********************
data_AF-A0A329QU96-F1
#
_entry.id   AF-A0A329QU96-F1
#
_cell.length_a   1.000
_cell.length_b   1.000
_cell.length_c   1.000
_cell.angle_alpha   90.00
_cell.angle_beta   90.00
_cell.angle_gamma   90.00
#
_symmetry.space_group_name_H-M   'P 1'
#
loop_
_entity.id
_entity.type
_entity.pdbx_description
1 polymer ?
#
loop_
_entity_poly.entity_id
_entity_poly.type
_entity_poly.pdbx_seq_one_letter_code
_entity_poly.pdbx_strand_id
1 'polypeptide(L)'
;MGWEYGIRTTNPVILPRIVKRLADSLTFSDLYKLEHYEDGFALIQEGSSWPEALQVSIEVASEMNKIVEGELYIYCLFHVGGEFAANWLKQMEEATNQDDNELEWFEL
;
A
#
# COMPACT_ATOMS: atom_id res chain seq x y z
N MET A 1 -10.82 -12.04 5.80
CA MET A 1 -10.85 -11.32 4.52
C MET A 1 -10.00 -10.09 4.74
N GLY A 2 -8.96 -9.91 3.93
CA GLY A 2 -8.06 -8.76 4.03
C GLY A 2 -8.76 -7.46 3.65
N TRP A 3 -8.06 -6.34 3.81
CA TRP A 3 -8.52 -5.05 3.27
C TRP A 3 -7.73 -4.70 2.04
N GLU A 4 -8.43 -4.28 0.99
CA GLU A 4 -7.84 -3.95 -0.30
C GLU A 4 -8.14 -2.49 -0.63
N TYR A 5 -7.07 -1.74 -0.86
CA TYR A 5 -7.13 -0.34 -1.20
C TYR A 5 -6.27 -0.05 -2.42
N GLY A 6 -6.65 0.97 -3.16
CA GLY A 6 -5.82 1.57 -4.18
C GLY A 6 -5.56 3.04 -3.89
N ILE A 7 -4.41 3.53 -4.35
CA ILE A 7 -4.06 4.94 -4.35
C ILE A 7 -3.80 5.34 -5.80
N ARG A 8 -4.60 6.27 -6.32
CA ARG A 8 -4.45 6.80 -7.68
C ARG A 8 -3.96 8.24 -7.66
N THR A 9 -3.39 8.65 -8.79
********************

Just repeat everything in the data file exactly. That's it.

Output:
data_AF-A0A329QU96-F1
#
_entry.id   AF-A0A329QU96-F1
#
_cell.length_a   1.000
_cell.length_b   1.000
_cell.length_c   1.000
_cell.angle_alpha   90.00
_cell.angle_beta   90.00
_cell.angle_gamma   90.00
#
_symmetry.space_group_name_H-M   'P 1'
#
loop_
_entity.id
_entity.type
_entity.pdbx_description
1 polymer ?
#
loop_
_entity_poly.entity_id
_entity_poly.type
_entity_poly.pdbx_seq_one_letter_code
_entity_poly.pdbx_strand_id
1 'polypeptide(L)'
;MGWEYGIRTTNPVILPRIVKRLADSLTFSDLYKLEHYEDGFALIQEGSSWPEALQVSIEVASEMNKIVEGELYIYCLFHVGGEFAANWLKQMEEATNQDDNELEWFEL
;
A
#
# COMPACT_ATOMS: atom_id res chain seq x y z
N MET A 1 -10.82 -12.04 5.80
CA MET A 1 -10.85 -11.32 4.52
C MET A 1 -10.00 -10.09 4.74
N GLY A 2 -8.96 -9.91 3.93
CA GLY A 2 -8.06 -8.76 4.03
C GLY A 2 -8.76 -7.46 3.65
N TRP A 3 -8.06 -6.34 3.81
CA TRP A 3 -8.52 -5.05 3.27
C TRP A 3 -7.73 -4.70 2.04
N GLU A 4 -8.43 -4.28 0.99
CA GLU A 4 -7.84 -3.95 -0.30
C GLU A 4 -8.14 -2.49 -0.63
N TYR A 5 -7.07 -1.74 -0.86
CA TYR A 5 -7.13 -0.34 -1.20
C TYR A 5 -6.27 -0.05 -2.42
N GLY A 6 -6.65 0.97 -3.16
CA GLY A 6 -5.82 1.57 -4.18
C GLY A 6 -5.56 3.04 -3.89
N ILE A 7 -4.41 3.53 -4.35
CA ILE A 7 -4.06 4.94 -4.35
C ILE A 7 -3.80 5.34 -5.80
N ARG A 8 -4.60 6.27 -6.32
CA ARG A 8 -4.45 6.80 -7.68
C ARG A 8 -3.96 8.24 -7.66
N THR A 9 -3.39 8.65 -8.79